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100daysThis Thursday David Cameron will have been Conservative leader for 100 days.  Every day this week ConservativeHome will be dedicating YourPlatform to a different take on those first 100 days.  Peter Franklin, who works in Parliament for Greg Clark MP, writes this first essay in a personal capacity.  In the recent past Peter has been an advisor to Tim Yeo and Oliver Letwin. 

It wouldn’t be an exaggeration to say that the environment has become the signature issue of David Cameron’s first hundred days in the top job. Green issues have cropped-up with unprecedented regularity in the Leader’s speeches, campaign events and questions to the Prime Minister. And to give the man his due, he practices what he preaches – riding a bicycle to work and installing a wind turbine in his garden.

More substantially, we’ve seen the establishment of the Quality of Life Policy Group, headed by environmental elder statesman John Gummer and charismatic green campaigner Zac Goldsmith. In Parliament, our green benches are looking all the greener – Peter Ainsworth now leads the Shadow DEFRA team, assisted by Greg Barker and Bill Wiggin. Meanwhile, Tim Yeo, another of our environmental elder statesmen, has become chairman of the influential Environmental Audit Committee. In other words, David Cameron has appointed the greenest possible candidates to every significant environment-related position in his gift.

David Cameron gives every impression that he means business on the environment. But before we ask whether or not rhetoric is likely to translate into manifesto promises, it’s worth asking why the change in tone.

The environmental content of our 2005 manifesto was meagre to say the least and compared badly with that of our opponents. This was the direct result of an election strategy focused entirely on the top five or six voter issues. It would seem that our highly paid strategists had overlooked the fact that while the environment may not have been among the top concerns of the electorate as a whole, more detailed polling showed that it certainly was for a significant minority of voters. Other polling showed that we were seen as the weakest party on the environment and that the environment was our weakest issue. Indeed, it was the only issue on which we couldn’t even get the support of a majority of our own voters.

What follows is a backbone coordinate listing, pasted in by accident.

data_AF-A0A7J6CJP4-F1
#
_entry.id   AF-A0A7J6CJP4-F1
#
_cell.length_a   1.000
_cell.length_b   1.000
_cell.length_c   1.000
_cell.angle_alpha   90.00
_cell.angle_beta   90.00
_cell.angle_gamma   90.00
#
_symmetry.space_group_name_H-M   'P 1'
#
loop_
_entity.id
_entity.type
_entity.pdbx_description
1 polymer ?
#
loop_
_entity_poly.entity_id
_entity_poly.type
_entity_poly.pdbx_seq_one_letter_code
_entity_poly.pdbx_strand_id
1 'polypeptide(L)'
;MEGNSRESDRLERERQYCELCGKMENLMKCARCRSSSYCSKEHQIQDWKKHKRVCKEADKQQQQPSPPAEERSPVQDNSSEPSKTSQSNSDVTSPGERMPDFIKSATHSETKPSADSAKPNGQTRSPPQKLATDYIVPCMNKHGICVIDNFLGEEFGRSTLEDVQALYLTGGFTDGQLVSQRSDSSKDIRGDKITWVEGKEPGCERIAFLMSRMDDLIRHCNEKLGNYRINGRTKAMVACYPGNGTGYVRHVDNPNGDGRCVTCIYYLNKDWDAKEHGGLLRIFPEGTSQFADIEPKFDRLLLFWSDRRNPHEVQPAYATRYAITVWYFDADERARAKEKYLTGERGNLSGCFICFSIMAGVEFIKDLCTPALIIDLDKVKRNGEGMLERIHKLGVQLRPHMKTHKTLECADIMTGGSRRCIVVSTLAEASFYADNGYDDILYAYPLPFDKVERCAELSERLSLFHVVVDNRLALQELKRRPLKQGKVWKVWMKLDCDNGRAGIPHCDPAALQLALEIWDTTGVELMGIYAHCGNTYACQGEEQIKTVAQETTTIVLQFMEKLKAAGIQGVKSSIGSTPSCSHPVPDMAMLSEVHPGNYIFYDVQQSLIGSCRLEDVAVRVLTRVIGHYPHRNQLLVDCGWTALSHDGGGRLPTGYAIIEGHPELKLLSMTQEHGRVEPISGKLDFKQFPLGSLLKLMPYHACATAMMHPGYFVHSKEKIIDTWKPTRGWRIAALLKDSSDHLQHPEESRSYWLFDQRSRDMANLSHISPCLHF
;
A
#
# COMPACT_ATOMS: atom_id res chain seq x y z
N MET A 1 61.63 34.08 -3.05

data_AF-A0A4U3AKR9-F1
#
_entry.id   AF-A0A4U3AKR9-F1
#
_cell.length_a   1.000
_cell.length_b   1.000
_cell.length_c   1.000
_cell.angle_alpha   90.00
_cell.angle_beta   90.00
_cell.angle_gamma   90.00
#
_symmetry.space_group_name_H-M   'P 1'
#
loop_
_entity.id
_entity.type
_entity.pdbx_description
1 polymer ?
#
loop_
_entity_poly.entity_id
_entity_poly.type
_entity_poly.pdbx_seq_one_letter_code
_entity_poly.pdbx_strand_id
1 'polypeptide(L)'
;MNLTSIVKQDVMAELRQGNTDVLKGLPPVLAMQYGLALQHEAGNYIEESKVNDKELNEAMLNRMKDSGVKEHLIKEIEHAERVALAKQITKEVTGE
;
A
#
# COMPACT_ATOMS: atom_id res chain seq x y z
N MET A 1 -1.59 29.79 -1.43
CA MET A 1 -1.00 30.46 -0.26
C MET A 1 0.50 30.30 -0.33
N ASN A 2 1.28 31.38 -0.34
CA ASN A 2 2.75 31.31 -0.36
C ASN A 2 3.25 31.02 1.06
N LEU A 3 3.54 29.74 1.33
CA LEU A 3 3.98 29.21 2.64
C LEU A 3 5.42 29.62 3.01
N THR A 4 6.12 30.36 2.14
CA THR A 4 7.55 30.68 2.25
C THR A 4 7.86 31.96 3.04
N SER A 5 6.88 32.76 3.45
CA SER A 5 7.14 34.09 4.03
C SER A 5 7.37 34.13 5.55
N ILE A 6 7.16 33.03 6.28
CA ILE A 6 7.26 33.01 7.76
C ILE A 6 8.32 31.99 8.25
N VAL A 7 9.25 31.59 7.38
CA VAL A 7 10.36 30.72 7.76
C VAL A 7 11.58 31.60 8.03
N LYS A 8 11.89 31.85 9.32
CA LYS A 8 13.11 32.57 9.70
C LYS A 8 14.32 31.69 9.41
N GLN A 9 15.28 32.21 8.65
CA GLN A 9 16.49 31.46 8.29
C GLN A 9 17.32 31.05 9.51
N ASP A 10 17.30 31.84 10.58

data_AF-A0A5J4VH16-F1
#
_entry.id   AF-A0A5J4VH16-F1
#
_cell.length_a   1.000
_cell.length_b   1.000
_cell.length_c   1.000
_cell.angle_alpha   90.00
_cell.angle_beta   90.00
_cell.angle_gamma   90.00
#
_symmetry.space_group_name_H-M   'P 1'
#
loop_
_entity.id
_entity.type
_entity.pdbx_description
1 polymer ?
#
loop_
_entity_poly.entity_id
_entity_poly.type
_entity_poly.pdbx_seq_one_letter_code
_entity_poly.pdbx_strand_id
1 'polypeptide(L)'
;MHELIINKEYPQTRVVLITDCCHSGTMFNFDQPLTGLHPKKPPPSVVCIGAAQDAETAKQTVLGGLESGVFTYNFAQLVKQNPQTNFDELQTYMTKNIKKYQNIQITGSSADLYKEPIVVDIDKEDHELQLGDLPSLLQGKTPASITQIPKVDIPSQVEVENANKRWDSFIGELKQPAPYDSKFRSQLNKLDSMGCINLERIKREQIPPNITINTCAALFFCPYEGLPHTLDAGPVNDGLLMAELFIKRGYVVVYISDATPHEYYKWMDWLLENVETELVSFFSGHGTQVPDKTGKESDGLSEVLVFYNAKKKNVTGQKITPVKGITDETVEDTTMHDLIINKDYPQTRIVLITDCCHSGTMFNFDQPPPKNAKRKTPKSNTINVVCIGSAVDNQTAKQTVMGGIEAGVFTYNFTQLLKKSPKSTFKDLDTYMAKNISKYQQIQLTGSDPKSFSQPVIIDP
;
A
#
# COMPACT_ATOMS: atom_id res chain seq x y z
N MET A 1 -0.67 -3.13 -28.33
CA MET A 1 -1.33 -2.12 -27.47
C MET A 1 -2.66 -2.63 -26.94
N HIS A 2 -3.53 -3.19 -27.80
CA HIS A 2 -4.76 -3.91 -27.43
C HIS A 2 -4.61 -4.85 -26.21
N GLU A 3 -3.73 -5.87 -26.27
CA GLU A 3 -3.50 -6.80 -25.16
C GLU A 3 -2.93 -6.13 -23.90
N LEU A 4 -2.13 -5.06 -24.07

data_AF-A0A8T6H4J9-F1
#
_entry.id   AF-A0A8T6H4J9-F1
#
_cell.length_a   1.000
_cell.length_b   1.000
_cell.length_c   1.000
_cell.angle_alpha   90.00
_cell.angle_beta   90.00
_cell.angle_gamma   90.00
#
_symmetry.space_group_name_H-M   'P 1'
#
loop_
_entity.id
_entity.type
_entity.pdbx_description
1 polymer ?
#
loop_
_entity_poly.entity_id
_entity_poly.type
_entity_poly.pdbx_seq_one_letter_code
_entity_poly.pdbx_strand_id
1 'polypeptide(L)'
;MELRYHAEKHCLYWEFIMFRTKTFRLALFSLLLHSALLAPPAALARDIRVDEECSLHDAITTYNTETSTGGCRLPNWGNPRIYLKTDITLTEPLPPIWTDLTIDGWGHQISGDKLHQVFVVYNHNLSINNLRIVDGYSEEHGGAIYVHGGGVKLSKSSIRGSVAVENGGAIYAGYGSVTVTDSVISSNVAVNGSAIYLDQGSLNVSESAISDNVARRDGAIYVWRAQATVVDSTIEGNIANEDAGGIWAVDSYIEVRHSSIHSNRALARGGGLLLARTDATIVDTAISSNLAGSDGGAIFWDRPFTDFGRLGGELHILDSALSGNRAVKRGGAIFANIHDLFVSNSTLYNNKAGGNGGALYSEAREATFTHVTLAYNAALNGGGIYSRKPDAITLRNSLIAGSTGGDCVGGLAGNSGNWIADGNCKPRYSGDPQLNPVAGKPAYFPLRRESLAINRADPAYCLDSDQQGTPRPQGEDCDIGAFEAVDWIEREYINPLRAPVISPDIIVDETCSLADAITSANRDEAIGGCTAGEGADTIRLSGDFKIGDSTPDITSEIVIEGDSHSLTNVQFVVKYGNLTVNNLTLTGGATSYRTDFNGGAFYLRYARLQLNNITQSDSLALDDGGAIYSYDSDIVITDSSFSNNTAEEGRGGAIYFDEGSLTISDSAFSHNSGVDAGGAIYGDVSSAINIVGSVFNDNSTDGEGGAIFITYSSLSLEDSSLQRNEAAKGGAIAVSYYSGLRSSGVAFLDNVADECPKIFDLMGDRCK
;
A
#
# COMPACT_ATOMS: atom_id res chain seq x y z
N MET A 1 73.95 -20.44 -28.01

It seems clear that the polling evidence has concentrated minds wonderfully. But there is more to it than that. The party leadership has been won over on the actual issues too. In this respect Oliver Letwin has played a pivotal role. Following our third successive election defeat, he came to his new role as Shadow Secretary of State for the Environment as a mild sceptic on many green issues. However, as if very often the case with those who take the time to review the evidence, he, much like Margaret Thatcher before him, was persuaded of the enormity and urgency of the challenges posed by climate change and other environmental threats.

CamerongoldsmithIt has been fascinating to see the chain reaction of events that has followed – Letwin’s influence on David Cameron; the re-emergence of our environmental elder statesmen; the influx of green-minded newcomers led by Zac Goldsmith and our increasingly warm relationship with a green movement that feels betrayed by New Labour. Most intriguingly, green issues have formed the basis of new spirit of cooperation with the Liberal Democrats and other opposition parties – for instance, in the adoption of a joint position on climate change.

So will all this greenery result in real change in either or policies or our popularity? Too early to tell, of course – but there was a poll putting David Cameron well ahead of Tony Blair and Gordon Brown in the greenest leader stakes. Then there is the Conservative Party’s apparent shift on the nuclear issue, with Tory energy spokesman Alan Duncan openly voicing his “suspicion” of the case for a new generation of nuclear power stations.

There will be some internal opposition, of course. But it unlikely to be sustained, not least because such opposition is usually based on a disregard for green issues rather than properly informed engagement. The real crunch will come when tough decisions have to be made in the latter stages of the policy development process. Of course, many if not most environmental measures are relatively painless other than for polluting vested interests. But some necessary actions, such as those required to curb aviation emissions, won’t be easy for anyone. And it is here that Cameron’s green Conservatives will face their toughest test.

TOMORROW: IAIN MURRAY WILL LOOK AT THE NEED FOR DAVID CAMERON TO REACH OUT TO LOWER INCOME FAMILIES IN LABOUR’S HEARTLANDS.

2 comments for: Peter Franklin on David Cameron’s first 100 days: The environment

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